As a war hero, former presidential candidate, influential voice in the Senate, and ready quote, John McCain has been a constant presence in the public eye for decades. His final book, The Restless Wave, is out today. McCain’s brain cancer diagnosis provides the opportunity for a slow motion, living eulogy, and the press has responded with a steady drumbeat of coverage.
The details of McCain’s life—his heroism in Vietnam, scandal-marred early years in politics, cross-aisle friendships with Democrats like Ted Kennedy and Joe Biden, presidential runs in 2000 and 2008, and years as an elder statesman—are well known. His long and complicated career presents challenges for journalists who need to encapsulate his life in a few sentences. How does one cover a towering figure in American politics without slipping into hagiography? As The New York Times’s Jonathan Martin writes in a recent profile of McCain at rest, he “has long been both a flawed politician and a larger figure of history.”
McCain’s image as a maverick willing to subvert his party to stick to political principles has always been as much branding exercise as reality. His “Straight Talk Express”—the slogan of his campaign bus in 2000—and willingness to appeal to the better angels of our political nature sit alongside his choice of Sarah Palin as his running mate in 2008 and his endorsement in 2016 of the man who questioned his war service on the campaign trail.
In the Trump era, McCain has been drawn into a series of controversies not of his making, beginning with Trump’s 2015 statement that he liked “people who weren’t captured.” More recently, a morbid comment about McCain’s prognosis by communications aide Kelly Sadler sparked a fresh wave of outrage. Last summer, just after he was diagnosed with brain cancer, he became an unlikely Democratic hero in the Senate for voting against the Obamacare repeal.
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McCain’s health is preventing him from touring in support of his book, but the making of his legacy has already begun. He’ll be the subject of an HBO documentary, John McCain: For Whom the Bell Tolls, debuting on Memorial Day, and those writing on his career will have decades of freely given quote to choose from, and the difficult task of framing his contradictions.
Below, more on the coverage of a notable, complicated life.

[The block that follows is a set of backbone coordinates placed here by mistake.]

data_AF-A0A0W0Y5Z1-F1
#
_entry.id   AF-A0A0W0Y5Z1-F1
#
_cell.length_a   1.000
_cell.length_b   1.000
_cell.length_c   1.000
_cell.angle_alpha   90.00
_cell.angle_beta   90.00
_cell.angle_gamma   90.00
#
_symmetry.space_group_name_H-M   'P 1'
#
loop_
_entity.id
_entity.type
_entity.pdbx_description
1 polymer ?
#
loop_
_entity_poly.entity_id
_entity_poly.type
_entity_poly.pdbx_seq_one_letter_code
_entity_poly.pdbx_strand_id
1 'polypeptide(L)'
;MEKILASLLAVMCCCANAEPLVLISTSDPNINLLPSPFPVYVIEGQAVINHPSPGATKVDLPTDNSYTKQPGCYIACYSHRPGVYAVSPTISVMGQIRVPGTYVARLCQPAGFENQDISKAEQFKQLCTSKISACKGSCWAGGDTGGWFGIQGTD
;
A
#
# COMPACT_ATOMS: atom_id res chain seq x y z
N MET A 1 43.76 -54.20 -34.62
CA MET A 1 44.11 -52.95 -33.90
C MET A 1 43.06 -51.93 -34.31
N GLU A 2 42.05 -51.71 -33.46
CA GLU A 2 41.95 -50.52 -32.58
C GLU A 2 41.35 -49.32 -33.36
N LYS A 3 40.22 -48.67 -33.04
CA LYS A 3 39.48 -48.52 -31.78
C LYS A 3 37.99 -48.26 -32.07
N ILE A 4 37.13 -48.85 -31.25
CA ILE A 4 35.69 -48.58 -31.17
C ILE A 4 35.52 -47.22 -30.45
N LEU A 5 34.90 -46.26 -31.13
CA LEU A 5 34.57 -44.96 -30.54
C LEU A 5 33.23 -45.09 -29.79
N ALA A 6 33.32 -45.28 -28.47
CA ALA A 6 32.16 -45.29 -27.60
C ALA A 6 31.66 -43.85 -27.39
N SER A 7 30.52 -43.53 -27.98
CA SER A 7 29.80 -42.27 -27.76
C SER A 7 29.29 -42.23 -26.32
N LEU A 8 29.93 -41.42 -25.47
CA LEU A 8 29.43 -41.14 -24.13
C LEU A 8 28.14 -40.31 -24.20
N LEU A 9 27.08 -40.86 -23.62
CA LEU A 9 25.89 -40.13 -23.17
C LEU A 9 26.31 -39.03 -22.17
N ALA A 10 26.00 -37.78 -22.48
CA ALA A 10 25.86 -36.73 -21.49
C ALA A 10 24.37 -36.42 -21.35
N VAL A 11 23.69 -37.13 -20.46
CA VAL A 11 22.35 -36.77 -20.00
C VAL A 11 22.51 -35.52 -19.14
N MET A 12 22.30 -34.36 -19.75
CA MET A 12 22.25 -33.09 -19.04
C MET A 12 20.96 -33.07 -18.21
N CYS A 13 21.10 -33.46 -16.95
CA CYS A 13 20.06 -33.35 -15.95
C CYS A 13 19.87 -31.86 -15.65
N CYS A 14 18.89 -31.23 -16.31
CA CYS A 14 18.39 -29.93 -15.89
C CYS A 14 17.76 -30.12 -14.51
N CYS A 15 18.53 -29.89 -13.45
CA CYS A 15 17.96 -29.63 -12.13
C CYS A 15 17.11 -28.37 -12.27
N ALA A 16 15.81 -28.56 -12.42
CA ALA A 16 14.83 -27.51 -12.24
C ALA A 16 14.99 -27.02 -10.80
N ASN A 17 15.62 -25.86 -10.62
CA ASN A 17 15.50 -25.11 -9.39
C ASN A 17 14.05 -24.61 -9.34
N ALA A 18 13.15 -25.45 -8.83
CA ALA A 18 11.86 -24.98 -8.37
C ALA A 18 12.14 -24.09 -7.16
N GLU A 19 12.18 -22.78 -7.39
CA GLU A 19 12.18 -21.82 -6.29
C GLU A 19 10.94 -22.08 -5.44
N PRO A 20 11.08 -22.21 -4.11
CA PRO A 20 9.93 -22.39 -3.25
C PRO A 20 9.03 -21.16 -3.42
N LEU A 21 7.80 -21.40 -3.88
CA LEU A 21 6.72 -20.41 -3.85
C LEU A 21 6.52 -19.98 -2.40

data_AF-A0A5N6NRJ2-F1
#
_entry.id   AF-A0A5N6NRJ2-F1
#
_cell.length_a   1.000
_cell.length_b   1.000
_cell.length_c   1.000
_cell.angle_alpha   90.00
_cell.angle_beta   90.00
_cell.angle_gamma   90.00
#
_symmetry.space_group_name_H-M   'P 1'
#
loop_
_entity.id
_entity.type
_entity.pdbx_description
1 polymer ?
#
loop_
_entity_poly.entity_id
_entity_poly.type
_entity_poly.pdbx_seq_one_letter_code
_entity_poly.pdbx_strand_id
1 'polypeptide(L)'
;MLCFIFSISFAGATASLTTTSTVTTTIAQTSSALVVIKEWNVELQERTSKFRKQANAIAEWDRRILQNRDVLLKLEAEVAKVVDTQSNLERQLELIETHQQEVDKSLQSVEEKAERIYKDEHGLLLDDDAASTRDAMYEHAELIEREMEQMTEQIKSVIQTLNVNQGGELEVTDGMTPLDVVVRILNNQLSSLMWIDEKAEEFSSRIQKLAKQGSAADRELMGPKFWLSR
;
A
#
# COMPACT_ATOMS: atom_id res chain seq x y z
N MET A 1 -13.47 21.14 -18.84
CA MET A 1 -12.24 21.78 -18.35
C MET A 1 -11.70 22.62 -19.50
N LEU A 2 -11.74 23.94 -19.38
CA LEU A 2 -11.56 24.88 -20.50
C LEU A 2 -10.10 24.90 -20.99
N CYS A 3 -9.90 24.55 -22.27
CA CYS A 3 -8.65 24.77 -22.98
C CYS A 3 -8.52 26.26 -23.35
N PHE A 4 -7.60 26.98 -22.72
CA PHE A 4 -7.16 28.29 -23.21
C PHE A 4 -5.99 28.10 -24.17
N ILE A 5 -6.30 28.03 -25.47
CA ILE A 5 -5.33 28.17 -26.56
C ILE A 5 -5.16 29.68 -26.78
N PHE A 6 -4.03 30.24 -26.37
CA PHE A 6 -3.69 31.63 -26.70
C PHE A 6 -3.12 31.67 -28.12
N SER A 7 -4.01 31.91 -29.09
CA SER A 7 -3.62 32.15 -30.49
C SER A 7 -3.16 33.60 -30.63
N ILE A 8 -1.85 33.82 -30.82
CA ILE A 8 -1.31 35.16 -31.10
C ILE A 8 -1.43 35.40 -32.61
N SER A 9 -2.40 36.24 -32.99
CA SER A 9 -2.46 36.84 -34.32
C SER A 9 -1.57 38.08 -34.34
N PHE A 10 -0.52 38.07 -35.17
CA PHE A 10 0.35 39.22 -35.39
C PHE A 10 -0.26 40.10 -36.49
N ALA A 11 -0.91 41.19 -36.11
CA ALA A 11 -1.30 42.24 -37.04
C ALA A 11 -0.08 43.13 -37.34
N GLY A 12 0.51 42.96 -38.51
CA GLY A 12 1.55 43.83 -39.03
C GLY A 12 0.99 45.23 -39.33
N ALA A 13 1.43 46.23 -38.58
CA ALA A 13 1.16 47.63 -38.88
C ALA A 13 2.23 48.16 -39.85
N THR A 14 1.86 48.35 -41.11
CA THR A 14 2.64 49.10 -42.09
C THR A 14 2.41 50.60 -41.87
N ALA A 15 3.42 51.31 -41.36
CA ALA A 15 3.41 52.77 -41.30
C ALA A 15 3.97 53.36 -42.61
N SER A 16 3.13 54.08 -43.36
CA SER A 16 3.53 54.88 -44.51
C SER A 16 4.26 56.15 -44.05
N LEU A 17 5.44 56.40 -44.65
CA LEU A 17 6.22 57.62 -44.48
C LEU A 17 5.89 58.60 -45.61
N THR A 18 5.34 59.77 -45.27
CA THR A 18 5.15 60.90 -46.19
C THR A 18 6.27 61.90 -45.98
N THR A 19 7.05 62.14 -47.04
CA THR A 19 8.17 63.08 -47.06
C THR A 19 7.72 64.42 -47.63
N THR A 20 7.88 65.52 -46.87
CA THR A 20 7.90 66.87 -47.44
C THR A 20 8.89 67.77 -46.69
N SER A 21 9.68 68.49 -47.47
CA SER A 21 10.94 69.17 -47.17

- Telling his story: CNN’s Dana Bash speaks with McCain’s Restless wave co-author, his longtime aide Mark Salter. “He wanted it to be more personal, and to convey just how fortunate he believed he was for being able to serve this country for 60 years,” Salter says.
- In the moment: The New Yorker’s Amy Davidson Sorkin writes about McCain’s attempts to grapple, “publicly and poignantly, with what it means to come up against the limits of time in the Trump era.”
- Takeaways from the book: ABC News’s Mariam Khan highlights key passages in The Restless Wave, including McCain’s regret that he chose Palin to be his running mate over Joe Lieberman, the Democrat-turned-Independent Connecticut Senator.
- McCain’s values: After the dramatic Obamacare vote last summer, The Atlantic’s David A. Graham analyzed what drives McCain. “His principles are unusual,” Graham wrote. “He values process, decorum, and Senate traditions to a degree that many observers find strange—and anyone who expects him to be a hero for their own ideological cause is likely to be disappointed.”
Other notable stories
- Interview magazine, founded by Andy Warhol in 1969, has folded, reports the New York Post’s Alexandra Steigrad. The glossy arts and culture publication owned by billionaire Peter Brant will file for Chapter 7 bankruptcy.
- CJR’s Sam Thielman writes about the CIA’s unprecedented PR push to make Gina Haspel its director. From tweetstorms on the agency’s official account to a wave of cable news appearances by former agents and contractors, the aggressive selling of Haspel was out of character for a normally reticent organization.
- The Obamas are coming to Netflix. The streaming service announced Monday that it has signed the former president and first lady to a multi-year agreement to produce “a diverse mix of content, including the potential for scripted series, unscripted series, docu-series, documentaries and features.”
- The Boston Globe’s Annie Linskey reports that White House aides who draft proposed tweets for the president “intentionally employ suspect grammar and staccato syntax in order to mimic the president’s style.”
- Talkers magazine is out with its list of the “100 most important radio talk show hosts in America.” For the first time, Sean Hannity grabbed the top spot, beating Rush Limbaugh.
- Allure Editor in Chief Michelle Lee talks with CJR’s Karen K. Ho about the magazine’s June cover, which features three Asian women on its cover. Lee found that in its history, Allure has only had two Asian cover models, and she speaks about her efforts to increase representation in the fashion industry.
- At its annual Freedom of the the Press Awards tonight in New York, The Reporters’ Committee for the Freedom of the Press will honor New York Times Executive Editor Dean Baquet, documentary filmmaker Lynn Novick, former All Things Considered host Robert Siegel, and BuzzFeed VP of legal and associate general counsel Nabiha Syed.
ICYMI: The inevitable cycle of school shooting coveragePete Vernon is a former CJR staff writer. Follow him on Twitter @ByPeteVernon.